Through the eyes of the office (with video)

Cox supporting students to success

Sreehitha Moravaneni


Sreehitha Moravaneni

CHS9 attendance clerk and assistant principals secretary Christi Cox provides students with tardy and hall passes on Nov. 8. Cox’s day-to-day tasks entail taking care of not only attendance related measures but also occasional duties like general upkeep and event planning around campus. Photo by Sreehitha Moravaneni

Saniya Koppikar, Staff Writer

At CHS9, attendance clerk and assistant principals secretary Christi Cox is the only person who does what she does. 

From attendance, tardy slips, secretarial duties, discipline and handling any situation that comes up in the front office of CHS9, Cox covers a little bit of everything. She’s immersed in the student body and happenings at CHS9, she’s the go-to for events and celebrations on campus, and she designs and decorates many of the signs, certificates and decorations. 

It’s a heavy load for one person to shoulder on a daily routine, but Cox loves it.  

“It’s all mine,” Cox said. “And of course, the drawback to that is if I’m out, it’s all still waiting for me when I get back. But I enjoy the autonomy that comes with being the only person that does this job.”

It’s why I’ve never tried to move into any other position that would take me further away from kids. I feel like that’s why I’m here.”

— Christi Cox

Though she started in the freshman office at Coppell High School, Cox was hired specifically for a position at CHS9. She was selected by CHS9 Principal Cody Koontz to be a part of his future staff, and like fellow staff members math teacher Michael Wang, science teacher Laronna Doggett and social studies teacher Britanny Scruggs, moved to CHS9 for its inaugural year

One of the main concerns when opening the school had been the isolation between the freshman and the rest of the high school population. The freshmen weren’t able to gain the same high school experience  as they did not attend school at the Coppell High School building. Classes, extracurricular activities and shuttle schedules were hectic. 

Four years after opening, CHS9 has undergone pandemic closures and staff changes, but despite the challenges the four freshman classes that have passed through those red and gray halls have faced, the campus is thriving. 

Much of this prosperity is thanks to Cox and her dedication to organization and service. 

“We just really appreciate her and everything she does for our campus,” CHS9 assistant principal Jessica Lynch said. “It wouldn’t be the same without her.”

Having roots in Coppell with her husband Wally, children and grandchildren, Cox loves the city. Her colleagues jump to describe her as outgoing, friendly and always willing to help.

“She’s very caring,” principal secretary De An Sills said. “We work well as a team, and we help cover for each other. She is definitely a team-player.”

For Lynch, it was no surprise that Cox was awarded Coppell ISD Paraprofessional of the Month for September.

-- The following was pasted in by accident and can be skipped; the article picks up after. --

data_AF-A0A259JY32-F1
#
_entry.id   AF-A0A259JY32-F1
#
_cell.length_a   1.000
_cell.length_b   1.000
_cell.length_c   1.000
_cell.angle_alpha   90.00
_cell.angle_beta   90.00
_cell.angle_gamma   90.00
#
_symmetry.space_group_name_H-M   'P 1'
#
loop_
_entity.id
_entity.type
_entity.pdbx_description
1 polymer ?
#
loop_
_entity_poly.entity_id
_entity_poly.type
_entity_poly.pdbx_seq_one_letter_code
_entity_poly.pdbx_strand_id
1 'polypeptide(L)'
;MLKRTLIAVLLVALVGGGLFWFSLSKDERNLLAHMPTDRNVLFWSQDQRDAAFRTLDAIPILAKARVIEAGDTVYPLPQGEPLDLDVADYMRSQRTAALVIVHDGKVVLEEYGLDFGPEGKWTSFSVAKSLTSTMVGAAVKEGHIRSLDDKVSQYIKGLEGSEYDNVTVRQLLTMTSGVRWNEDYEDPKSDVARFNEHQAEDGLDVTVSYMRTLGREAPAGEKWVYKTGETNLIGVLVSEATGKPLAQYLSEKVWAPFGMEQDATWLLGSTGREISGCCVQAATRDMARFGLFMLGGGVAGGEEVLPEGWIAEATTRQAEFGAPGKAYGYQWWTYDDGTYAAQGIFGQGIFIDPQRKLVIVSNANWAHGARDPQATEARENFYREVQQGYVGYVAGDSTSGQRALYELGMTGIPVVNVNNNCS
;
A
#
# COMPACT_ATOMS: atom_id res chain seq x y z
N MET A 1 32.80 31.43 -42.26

“She’s amazing,” Lynch said. “You can give her a simple task and she’ll take it and run with it and make it better than whatever you expected. She’s just so committed to everything she does.”

Lynch previously taught English I and Reading. She assumed her new role as assistant principal with CHS9 assistant principal Robert Goff this year. 

“[Cox] always gets onto us-–Goff and I––for doing her job for her,” Lynch said. “But she’s been helping me a lot this year to learn my new role and learn how different processes work within our campus, and she makes sure I’m using her to make my job easier.”

Cox’s job is made easier through her love of the students at CHS9, who serve as her motivation for why she does what she does. Some CHS9 students have made lasting impressions on Cox, such as an anonymous student who Cox describes meeting.

“Actually, the first time we spoke, it wasn’t really the best circumstances,” Cox said. “He was in a little bit of trouble, but we’ve overcome that and made a fresh start, and now he’s just one of my favorites.”

Since their meeting, the two have become friends, discussing and comparing nail polish colors. 

“It’s why I’ve never tried to move into any other position that would take me further away from kids,” Cox said. “I feel like that’s why I’m here. That’s what I enjoy about it. the daily interactions with the kids and just having fun with them, joking around with them. The kids are my favorite part.

This service and dedication is Cox’s driving force, and she cites a quote from Maya Angelou as what inspires her to continue working with children. 

“‘I’ve learned that people will forget what you said, people will forget what you did, but people will never forget how you made them feel’,” Cox said. “Kids might not remember every interaction we had, but I hope when they leave here that they will feel like they meant something and that they mattered to us.”

Follow Saniya Koppikar (@SaniyaKoppikar) and @CHSCampusNews on Twitter.